The opinion of the court was delivered by: TENNEY
This is an action commenced by plaintiff on May 28, 1968, for the refund of Federal estate taxes in the amount of $22,337.89, plus interest as provided by law. This court has jurisdiction of this action under 28 U.S.C. § 1346.
Both sides have moved herein for summary judgment pursuant to Rule 56 of the Federal Rules of Civil Procedure.
Briefly, the facts are not disputed and are as follows:
Agnes S. Kaplun died testate on September 1, 1962. Her last will and testament was admitted to probate by the Surrogate's Court for New York County, State of New York, and letters testamentary were issued to Else Kaplun, as Executrix (the plaintiff herein) on December 13, 1962.
Paragraph "SECOND" of decedent's will provided as follows:
"SECOND: I hereby give, devise and bequeath the entire collection of gold and platinum coins left me by my late beloved husband, to the State of Israel, upon condition that the same be kept and exhibited in the State of Israel, in an appropriate museum, that the same be marked and identified to the viewing public as 'The Collection of Dr. Aron A. Kaplun' and that the State of Israel will undertake to keep the said collection in perpetuity, never to be sold or otherwise disposed of. In the event it is found necessary, I hereby direct my executrix, hereinafter named, to appropriate whatever funds may be necessary from this estate for the purpose of effecting this bequest, having specifically in mind possible transportation and insurance charges for shipping to Israel."
On November 27, 1964, the estate filed its Federal estate tax return showing a taxable estate of $196,685.50 and a tax due of $33,706.04, which was paid in full. In the estate tax return the estate took a deduction of $67,954.00 for a bequest to the State of Israel pursuant to paragraph "Second" of decedent's will. This deduction was taken pursuant to Section 2055 of the Internal Revenue Code of 1954, 26 U.S.C. § 2055, which provides for deductions for certain charitable bequests.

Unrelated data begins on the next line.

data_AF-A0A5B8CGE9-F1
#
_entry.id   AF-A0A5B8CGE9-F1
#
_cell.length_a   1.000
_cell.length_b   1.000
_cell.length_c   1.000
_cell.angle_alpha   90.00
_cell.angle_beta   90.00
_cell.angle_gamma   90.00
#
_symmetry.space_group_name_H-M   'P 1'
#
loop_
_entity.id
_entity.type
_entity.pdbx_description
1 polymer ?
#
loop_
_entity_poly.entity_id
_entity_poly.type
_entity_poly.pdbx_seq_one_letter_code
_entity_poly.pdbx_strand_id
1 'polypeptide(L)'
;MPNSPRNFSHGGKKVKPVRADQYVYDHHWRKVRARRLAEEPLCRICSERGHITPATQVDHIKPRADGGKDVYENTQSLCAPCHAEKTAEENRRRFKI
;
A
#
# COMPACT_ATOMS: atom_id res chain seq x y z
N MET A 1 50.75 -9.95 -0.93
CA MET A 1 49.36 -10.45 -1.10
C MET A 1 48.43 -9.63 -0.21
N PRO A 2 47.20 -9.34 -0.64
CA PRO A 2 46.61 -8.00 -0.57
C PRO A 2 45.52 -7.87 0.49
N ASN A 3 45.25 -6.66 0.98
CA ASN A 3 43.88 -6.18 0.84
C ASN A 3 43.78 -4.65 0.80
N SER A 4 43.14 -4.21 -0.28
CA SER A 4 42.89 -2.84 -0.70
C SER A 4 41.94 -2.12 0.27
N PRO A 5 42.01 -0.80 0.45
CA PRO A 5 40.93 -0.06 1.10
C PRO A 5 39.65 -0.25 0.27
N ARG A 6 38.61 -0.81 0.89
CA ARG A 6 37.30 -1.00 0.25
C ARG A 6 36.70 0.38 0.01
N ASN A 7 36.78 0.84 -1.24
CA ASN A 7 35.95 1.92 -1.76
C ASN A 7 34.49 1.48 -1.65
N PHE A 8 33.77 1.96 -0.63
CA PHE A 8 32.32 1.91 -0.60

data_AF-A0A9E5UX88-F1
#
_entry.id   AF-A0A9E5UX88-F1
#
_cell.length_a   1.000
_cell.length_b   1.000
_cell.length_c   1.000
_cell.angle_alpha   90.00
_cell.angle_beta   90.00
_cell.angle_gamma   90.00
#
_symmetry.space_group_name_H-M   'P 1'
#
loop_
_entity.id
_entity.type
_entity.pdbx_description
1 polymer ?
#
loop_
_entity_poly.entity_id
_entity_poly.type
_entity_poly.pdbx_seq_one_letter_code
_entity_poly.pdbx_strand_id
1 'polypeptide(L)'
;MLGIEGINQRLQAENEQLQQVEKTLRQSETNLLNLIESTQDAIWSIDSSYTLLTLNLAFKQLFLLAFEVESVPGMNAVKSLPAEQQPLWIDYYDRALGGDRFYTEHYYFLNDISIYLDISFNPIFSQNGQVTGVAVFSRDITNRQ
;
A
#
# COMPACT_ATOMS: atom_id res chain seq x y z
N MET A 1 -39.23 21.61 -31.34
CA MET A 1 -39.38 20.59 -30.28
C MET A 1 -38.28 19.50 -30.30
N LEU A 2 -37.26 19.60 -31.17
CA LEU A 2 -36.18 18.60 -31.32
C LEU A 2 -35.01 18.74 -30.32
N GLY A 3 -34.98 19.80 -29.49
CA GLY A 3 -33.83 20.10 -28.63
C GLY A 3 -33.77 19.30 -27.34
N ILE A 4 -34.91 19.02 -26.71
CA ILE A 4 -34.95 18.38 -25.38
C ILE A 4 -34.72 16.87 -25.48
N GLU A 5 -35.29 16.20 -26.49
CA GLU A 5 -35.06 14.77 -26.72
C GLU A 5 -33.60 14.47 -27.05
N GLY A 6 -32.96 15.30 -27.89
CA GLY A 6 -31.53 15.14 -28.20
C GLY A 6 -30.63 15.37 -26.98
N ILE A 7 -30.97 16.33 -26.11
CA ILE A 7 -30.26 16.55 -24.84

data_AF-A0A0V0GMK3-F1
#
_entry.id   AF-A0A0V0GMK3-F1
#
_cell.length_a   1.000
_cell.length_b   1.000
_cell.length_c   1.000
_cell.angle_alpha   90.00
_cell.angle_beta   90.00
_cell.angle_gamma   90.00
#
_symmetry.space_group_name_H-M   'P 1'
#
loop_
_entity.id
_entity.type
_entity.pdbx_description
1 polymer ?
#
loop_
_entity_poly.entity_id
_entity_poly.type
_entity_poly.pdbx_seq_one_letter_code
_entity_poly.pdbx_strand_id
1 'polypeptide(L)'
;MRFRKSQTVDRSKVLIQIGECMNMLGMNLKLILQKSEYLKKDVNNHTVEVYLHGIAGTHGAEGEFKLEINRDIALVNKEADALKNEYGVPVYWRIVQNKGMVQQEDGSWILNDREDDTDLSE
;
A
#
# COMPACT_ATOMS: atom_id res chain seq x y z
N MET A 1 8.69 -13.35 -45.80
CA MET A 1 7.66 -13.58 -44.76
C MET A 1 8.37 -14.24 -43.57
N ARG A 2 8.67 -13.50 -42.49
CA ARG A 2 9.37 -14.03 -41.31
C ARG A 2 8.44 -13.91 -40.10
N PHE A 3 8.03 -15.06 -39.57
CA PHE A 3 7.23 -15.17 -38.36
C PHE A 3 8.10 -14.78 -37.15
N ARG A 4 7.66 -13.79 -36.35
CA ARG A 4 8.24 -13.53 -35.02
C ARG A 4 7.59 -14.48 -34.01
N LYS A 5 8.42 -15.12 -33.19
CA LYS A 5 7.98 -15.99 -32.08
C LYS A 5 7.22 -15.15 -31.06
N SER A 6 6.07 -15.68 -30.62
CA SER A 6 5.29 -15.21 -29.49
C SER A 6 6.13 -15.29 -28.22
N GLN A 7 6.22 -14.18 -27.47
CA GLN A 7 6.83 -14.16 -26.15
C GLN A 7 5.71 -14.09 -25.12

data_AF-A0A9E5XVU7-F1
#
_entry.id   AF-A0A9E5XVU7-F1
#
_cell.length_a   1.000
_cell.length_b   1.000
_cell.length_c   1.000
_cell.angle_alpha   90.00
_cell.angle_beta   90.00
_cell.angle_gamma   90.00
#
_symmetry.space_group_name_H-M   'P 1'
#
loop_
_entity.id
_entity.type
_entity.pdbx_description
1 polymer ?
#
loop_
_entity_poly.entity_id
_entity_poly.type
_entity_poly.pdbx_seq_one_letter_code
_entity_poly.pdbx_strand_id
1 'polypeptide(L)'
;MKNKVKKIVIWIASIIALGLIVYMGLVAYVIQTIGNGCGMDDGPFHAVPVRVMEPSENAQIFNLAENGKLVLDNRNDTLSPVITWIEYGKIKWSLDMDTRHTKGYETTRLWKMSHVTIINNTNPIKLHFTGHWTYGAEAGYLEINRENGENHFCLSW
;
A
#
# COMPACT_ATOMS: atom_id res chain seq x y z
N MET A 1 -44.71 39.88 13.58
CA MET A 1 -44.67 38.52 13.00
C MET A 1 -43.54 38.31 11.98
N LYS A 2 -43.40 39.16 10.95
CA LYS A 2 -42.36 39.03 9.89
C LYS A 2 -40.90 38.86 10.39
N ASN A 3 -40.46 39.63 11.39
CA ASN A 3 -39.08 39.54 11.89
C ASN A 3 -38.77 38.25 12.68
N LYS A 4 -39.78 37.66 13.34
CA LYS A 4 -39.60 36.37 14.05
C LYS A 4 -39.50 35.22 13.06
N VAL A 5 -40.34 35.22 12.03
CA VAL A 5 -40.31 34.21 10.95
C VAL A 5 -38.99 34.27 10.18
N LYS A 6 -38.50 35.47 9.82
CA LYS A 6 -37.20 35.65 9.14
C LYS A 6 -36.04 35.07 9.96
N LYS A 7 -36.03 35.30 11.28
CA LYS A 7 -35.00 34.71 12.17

After an audit, the Internal Revenue Service disallowed this deduction, increased the value of the coin collection, and made the resulting estate tax deficiency assessment on November 27, 1964, in the amount of $14,607.66 plus interest of $866.45, for a total of $15,484.11. That amount was paid by the estate, which now sues for its refund.
It should be further noted that the Surrogate of New York County has held in a construction proceeding that the bequest in question constitutes a charitable trust (Estate of Agnes S. Kaplun, N.Y.L.J. 16 (April 6, 1965)), and that it accordingly qualifies as an allowable deduction in computing the New York State taxes under Sec. 249-s of the Tax Law of the State of New York, (McKinney's Consol. Laws, c. 60).
Defendant no longer argues that the provisions of decedent's will referred to do not create a trust, nor is any claim made that the State of Israel, as a sovereign nation, could not qualify as a trustee.
Indeed, it appears that the coin collection was delivered to the State of Israel in December 1963, that the Minister of Education of the State of Israel has selected and designated the Kadman Numismatics Museum of the Museum Haaretz, Tel Aviv, Israel, as the repository where this collection is to be displayed, and that the above-named Museum is a public corporation organized under the laws of the State of Israel for educational and cultural purposes only.
Defendant does contend that, regardless of whether decedent created a trust for charitable purposes, Section 2055 of the Internal Revenue Code of 1954 does not provide for a charitable deduction for the decedent's bequest to the State of Israel.
Section 2055(a) of the Internal Revenue Code of 1954 (26 U.S.C. § 2055(a)) provides as follows:
§ 2055. (a) In general - For purposes of the tax imposed by section 2001, the value of the taxable estate shall be determined by deducting from the value of the ...